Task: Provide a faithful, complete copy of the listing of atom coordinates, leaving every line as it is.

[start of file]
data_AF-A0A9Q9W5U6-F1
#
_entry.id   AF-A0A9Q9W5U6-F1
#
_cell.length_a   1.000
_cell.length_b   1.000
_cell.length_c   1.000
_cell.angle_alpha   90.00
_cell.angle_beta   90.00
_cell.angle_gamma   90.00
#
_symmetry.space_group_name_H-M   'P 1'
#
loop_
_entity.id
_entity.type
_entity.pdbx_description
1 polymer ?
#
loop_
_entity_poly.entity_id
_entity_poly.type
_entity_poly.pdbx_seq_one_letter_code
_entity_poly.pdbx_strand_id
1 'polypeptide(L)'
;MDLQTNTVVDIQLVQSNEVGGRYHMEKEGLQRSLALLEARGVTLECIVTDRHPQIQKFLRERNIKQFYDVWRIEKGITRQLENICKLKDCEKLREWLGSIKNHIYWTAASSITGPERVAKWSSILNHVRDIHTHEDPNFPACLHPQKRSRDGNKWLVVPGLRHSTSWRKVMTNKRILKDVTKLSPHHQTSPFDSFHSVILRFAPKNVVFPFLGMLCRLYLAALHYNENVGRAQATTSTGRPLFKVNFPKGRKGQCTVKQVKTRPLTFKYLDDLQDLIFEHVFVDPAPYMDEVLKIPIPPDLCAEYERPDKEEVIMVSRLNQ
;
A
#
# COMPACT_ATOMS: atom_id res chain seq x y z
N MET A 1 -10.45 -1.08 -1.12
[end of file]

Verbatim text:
data_AF-A0A9Q9W5U6-F1
#
_entry.id   AF-A0A9Q9W5U6-F1
#
_cell.length_a   1.000
_cell.length_b   1.000
_cell.length_c   1.000
_cell.angle_alpha   90.00
_cell.angle_beta   90.00
_cell.angle_gamma   90.00
#
_symmetry.space_group_name_H-M   'P 1'
#
loop_
_entity.id
_entity.type
_entity.pdbx_description
1 polymer ?
#
loop_
_entity_poly.entity_id
_entity_poly.type
_entity_poly.pdbx_seq_one_letter_code
_entity_poly.pdbx_strand_id
1 'polypeptide(L)'
;MDLQTNTVVDIQLVQSNEVGGRYHMEKEGLQRSLALLEARGVTLECIVTDRHPQIQKFLRERNIKQFYDVWRIEKGITRQLENICKLKDCEKLREWLGSIKNHIYWTAASSITGPERVAKWSSILNHVRDIHTHEDPNFPACLHPQKRSRDGNKWLVVPGLRHSTSWRKVMTNKRILKDVTKLSPHHQTSPFDSFHSVILRFAPKNVVFPFLGMLCRLYLAALHYNENVGRAQATTSTGRPLFKVNFPKGRKGQCTVKQVKTRPLTFKYLDDLQDLIFEHVFVDPAPYMDEVLKIPIPPDLCAEYERPDKEEVIMVSRLNQ
;
A
#
# COMPACT_ATOMS: atom_id res chain seq x y z
N MET A 1 -10.45 -1.08 -1.12